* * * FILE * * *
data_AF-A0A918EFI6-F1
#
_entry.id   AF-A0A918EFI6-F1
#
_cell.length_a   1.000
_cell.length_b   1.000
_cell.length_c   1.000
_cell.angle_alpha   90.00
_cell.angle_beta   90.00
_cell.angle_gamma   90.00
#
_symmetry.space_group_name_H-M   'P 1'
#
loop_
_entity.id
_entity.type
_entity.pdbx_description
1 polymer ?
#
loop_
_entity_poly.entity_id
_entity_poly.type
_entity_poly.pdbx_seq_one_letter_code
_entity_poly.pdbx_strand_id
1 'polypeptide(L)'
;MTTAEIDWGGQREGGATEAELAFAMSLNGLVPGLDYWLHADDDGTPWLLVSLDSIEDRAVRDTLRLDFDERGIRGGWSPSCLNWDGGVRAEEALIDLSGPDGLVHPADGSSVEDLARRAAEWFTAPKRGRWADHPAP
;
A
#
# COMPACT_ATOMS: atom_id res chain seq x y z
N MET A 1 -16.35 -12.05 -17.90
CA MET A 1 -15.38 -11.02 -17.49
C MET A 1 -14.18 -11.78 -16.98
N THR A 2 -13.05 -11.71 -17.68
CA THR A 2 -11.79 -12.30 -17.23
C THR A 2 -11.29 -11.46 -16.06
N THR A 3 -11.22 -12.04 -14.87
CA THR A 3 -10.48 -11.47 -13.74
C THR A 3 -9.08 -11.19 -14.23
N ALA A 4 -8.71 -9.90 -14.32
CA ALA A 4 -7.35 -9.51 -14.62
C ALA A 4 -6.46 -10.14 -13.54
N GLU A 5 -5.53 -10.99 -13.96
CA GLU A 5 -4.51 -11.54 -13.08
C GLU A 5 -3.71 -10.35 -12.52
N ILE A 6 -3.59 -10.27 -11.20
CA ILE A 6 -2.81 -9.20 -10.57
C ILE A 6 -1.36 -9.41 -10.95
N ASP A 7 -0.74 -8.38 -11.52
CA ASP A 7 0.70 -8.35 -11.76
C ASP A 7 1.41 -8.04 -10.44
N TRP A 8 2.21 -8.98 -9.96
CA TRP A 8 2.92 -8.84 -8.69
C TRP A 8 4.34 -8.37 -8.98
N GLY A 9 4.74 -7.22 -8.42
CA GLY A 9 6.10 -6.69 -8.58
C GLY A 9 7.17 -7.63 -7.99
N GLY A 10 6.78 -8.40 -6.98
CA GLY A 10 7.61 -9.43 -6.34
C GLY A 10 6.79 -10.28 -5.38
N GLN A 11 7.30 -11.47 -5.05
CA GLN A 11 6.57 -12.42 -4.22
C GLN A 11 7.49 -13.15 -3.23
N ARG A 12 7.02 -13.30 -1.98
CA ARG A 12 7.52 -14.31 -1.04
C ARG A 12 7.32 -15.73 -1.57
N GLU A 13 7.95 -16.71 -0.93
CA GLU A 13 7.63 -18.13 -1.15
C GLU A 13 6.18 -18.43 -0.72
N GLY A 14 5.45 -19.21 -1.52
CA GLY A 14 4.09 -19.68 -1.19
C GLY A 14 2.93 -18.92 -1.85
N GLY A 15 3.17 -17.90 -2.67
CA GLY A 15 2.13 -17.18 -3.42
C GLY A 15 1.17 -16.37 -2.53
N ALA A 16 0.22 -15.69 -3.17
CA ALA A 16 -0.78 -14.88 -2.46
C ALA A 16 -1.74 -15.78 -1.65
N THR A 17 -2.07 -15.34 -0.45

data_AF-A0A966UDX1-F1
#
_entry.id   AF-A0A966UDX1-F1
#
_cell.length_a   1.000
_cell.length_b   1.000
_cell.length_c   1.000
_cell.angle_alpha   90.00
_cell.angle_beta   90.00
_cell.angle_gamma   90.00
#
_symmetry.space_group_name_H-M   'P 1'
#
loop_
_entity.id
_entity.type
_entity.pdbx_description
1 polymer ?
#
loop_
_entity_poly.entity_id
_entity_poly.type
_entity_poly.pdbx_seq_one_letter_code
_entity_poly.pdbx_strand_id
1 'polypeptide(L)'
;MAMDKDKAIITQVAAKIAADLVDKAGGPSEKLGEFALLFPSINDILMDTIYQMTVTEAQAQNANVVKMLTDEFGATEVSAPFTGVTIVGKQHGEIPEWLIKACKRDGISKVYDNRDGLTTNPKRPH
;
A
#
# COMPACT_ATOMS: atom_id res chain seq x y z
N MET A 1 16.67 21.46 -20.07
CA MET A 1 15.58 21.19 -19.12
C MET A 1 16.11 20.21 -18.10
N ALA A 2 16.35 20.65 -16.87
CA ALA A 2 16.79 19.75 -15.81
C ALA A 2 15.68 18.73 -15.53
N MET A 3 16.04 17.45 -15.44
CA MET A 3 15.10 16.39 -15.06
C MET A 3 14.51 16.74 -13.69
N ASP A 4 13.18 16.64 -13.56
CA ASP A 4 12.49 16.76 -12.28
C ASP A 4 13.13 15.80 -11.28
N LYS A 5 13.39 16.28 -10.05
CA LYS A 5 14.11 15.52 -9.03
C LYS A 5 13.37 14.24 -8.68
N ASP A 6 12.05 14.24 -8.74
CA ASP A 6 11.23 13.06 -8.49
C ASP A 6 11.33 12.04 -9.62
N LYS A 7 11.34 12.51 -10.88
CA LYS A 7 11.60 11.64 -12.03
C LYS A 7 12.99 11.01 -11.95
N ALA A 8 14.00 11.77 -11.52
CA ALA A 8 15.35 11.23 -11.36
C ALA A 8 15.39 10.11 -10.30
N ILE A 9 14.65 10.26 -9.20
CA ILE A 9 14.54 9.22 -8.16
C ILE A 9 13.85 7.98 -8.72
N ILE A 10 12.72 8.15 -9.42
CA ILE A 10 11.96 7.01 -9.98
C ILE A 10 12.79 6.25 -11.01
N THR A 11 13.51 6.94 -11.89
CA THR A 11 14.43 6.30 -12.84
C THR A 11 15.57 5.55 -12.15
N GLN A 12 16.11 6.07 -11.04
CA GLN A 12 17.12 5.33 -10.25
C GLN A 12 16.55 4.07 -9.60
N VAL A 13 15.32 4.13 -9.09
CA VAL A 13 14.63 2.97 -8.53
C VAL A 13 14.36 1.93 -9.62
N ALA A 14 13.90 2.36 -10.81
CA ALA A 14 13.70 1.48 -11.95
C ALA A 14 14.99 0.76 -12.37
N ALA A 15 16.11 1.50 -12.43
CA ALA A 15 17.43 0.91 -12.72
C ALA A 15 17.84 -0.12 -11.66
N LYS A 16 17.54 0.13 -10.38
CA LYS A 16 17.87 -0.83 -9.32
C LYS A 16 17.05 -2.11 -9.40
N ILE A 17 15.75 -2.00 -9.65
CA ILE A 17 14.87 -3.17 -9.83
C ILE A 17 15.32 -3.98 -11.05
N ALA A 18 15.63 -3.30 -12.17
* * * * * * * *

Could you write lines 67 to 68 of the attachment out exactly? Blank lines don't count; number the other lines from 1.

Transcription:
N GLU A 13 7.95 -16.71 -0.93
CA GLU A 13 7.63 -18.13 -1.15